The FCA’s Financial Lives 2022 Survey – which runs every two years – found that 12.9 million UK adults had low financial resilience. ‘Low financial resilience’ refers to those who are in financial difficulty because they have missed paying utility bills or credit commitments in three or more of the previous six months; because they could quickly find themselves in difficulty as they are heavily burdened by their existing commitments, or because they have very limited savings.

Resilience stats

In this context, pensions can’t be seen to be sacrosanct. The commission needs to ensure it joins the dots between retirement and the financial challenges households currently face for it to be truly meaningful. 

Targeted support regime

Then comes the question of advice. Despite the fact that three-quarters of consumers say they wouldn’t be comfortable to invest without support from an expert, only 8% of people took advice in 2022 – the same figure as in 2020.

We know that full-fat regulated advice is prohibitively expensive for many; the flipside of course is that sometimes a little knowledge is a dangerous thing – what if people try to do it themselves?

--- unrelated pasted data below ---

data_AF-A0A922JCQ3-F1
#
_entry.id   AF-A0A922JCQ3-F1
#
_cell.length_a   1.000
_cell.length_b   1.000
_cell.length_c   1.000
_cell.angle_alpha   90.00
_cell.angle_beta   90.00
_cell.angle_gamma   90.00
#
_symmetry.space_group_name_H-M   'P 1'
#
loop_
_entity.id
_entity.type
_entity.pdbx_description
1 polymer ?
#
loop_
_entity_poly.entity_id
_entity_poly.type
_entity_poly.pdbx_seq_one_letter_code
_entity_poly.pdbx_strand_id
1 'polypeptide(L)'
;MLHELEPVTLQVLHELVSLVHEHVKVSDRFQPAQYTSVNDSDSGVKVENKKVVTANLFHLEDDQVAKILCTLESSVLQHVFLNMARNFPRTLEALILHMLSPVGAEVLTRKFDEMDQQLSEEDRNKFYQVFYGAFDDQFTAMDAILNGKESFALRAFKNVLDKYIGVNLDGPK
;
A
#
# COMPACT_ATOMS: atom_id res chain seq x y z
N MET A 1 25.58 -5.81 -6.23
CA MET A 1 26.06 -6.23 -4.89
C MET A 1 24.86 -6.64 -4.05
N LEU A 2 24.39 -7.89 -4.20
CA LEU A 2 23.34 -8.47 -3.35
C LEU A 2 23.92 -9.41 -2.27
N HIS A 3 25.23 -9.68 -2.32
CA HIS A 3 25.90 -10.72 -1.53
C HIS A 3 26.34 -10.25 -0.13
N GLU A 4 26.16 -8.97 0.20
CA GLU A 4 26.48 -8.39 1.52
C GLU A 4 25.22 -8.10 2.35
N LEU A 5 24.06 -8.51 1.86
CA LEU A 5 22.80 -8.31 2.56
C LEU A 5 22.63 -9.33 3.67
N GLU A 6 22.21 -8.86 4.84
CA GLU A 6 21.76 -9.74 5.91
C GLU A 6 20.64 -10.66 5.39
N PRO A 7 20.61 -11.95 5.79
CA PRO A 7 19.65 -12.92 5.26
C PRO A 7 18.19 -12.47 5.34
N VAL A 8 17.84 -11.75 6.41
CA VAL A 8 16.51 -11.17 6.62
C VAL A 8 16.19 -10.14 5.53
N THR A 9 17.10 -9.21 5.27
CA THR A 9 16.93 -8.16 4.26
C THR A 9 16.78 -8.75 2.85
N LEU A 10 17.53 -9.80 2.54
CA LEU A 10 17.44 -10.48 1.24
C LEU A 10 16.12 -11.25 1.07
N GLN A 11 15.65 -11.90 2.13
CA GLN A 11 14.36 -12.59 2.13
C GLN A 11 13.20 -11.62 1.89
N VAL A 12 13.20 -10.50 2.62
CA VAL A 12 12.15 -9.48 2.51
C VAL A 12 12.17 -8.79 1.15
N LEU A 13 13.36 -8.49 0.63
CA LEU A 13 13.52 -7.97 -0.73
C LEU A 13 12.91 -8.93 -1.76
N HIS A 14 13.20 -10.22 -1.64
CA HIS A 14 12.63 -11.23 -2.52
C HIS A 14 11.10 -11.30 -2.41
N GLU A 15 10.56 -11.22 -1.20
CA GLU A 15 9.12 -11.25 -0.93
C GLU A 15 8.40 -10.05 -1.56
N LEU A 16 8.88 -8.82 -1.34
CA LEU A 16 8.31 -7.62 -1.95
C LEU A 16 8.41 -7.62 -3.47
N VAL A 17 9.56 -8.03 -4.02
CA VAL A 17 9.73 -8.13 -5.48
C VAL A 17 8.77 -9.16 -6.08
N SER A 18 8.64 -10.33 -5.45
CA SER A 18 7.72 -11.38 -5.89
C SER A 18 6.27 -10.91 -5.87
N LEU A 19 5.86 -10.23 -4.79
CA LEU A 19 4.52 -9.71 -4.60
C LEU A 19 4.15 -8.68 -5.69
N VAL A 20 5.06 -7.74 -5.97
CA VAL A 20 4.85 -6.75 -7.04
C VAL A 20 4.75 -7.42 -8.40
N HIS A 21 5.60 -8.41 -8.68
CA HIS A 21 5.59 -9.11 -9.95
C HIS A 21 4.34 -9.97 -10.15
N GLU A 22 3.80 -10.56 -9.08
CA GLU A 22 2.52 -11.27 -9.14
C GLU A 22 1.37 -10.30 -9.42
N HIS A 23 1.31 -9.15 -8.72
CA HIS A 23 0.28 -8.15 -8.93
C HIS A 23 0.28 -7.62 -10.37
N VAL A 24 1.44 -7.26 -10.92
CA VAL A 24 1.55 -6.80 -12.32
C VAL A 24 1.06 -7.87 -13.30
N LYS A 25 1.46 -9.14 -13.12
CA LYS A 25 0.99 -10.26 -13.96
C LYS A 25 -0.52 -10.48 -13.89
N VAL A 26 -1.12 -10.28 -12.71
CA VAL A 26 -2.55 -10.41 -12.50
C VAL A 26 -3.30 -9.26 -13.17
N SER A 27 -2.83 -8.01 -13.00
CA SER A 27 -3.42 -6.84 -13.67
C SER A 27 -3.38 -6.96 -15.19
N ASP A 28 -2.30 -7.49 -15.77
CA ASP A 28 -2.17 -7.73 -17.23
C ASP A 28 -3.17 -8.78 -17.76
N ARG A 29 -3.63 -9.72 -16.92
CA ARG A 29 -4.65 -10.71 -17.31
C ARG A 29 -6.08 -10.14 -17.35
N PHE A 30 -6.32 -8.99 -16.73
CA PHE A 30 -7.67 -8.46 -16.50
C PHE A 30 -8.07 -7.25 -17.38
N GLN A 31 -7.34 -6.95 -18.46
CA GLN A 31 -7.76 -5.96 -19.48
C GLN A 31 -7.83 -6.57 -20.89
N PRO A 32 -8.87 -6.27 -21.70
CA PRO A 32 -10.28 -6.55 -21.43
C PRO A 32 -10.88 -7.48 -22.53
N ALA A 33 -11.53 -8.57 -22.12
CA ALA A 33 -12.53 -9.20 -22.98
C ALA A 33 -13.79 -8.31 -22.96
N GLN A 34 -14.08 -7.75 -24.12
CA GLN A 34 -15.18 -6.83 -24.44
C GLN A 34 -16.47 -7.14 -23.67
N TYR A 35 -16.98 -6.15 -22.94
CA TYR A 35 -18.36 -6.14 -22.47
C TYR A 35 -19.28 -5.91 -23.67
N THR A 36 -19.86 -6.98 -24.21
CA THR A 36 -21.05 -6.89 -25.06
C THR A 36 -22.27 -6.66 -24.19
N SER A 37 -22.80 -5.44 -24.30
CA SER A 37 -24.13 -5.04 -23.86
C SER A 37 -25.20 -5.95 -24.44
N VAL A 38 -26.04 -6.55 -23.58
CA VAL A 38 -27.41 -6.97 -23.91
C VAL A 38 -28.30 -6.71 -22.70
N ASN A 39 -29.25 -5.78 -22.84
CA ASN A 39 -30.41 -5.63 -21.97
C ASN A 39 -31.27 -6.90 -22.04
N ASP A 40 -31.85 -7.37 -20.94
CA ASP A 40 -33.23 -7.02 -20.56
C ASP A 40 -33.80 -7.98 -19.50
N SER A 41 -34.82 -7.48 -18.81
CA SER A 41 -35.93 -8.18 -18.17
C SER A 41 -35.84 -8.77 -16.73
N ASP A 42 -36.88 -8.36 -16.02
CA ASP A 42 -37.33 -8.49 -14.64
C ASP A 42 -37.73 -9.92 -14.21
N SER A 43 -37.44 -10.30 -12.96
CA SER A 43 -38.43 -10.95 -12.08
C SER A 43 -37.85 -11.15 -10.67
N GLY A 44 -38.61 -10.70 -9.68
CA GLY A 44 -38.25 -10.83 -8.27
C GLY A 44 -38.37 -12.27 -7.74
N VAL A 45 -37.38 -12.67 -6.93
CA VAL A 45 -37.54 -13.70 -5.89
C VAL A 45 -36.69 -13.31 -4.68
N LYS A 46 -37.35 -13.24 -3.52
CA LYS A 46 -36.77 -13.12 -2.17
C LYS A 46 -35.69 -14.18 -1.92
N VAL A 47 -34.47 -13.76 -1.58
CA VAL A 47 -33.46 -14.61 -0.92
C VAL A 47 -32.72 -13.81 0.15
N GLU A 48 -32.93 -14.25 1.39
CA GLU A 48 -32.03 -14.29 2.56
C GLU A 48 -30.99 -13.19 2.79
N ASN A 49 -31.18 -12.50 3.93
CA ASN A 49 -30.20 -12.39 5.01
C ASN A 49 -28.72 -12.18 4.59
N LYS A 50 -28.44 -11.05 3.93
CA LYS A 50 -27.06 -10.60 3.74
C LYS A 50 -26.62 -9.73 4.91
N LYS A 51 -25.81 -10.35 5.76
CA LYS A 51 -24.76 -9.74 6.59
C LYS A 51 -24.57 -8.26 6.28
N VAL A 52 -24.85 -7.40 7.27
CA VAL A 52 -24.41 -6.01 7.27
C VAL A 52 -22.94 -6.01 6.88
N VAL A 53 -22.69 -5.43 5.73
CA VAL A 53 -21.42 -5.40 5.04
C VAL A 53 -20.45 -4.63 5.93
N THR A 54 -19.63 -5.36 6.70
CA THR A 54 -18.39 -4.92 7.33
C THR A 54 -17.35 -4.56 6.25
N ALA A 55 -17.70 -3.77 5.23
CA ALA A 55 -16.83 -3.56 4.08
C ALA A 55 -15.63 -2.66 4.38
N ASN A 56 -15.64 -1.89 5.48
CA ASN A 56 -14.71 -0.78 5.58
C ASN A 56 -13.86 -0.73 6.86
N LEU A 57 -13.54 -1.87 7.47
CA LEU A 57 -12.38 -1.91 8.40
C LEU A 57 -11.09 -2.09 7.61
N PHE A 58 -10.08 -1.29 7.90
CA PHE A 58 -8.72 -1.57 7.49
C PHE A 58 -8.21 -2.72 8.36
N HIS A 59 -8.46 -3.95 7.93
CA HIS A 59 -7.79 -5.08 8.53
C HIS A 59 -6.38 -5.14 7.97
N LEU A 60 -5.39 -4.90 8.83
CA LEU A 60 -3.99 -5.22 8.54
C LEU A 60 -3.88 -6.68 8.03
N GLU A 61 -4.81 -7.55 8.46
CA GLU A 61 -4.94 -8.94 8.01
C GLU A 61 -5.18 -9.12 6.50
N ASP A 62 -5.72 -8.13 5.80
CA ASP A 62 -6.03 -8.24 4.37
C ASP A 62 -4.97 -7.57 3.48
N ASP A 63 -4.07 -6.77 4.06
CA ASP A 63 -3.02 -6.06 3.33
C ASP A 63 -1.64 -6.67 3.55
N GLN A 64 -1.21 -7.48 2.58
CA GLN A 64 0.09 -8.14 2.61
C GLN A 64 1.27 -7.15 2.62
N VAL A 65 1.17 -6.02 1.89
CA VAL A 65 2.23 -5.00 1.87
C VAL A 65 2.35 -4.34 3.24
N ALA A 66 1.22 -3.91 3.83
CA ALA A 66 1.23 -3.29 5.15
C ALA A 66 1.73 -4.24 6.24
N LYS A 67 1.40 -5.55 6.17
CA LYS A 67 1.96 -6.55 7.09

In response to this, the FCA is supporting a targeted support regime which allows authorised firms to guide their customers towards better outcomes based on what other people 'like them' would find suitable. This is about authorised firms utilising the data they have on their clients to steer them in the right direction through personalised support. For example, they may be able to identify that a client is taking a 10% level of drawdown which is unsustainable in the long-term, and alert them to that through a targeted email, with links to specific content.

This is never going to be about being one-size-fits-all, but about trying to find a way to try to close that support gap with something that is meaningful to the recipient. 

From an adviser’s perspective, clearly there needs to be demarcation around this, if they wanted to get involved in targeted guidance themselves. Perhaps many will see this as a way of helping a different target audience and may prompt consumers into considering whether they need regulated advice.